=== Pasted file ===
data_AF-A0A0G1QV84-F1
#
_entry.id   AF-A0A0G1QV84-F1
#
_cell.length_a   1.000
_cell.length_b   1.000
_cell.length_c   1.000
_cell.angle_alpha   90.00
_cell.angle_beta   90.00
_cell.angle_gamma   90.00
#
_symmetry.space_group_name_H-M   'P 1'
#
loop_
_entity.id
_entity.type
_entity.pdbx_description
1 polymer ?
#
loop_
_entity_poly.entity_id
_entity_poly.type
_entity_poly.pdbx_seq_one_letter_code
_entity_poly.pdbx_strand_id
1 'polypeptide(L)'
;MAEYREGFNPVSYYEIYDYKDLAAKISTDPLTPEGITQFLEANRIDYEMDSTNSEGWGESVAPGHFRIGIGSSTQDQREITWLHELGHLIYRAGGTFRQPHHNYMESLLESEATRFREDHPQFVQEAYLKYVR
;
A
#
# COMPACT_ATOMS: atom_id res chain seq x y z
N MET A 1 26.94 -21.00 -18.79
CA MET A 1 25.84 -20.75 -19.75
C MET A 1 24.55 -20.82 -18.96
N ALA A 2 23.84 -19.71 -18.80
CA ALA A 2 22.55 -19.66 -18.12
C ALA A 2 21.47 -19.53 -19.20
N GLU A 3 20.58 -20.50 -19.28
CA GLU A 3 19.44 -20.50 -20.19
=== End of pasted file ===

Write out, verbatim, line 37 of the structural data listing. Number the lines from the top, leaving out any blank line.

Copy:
N GLU A 3 20.58 -20.50 -19.28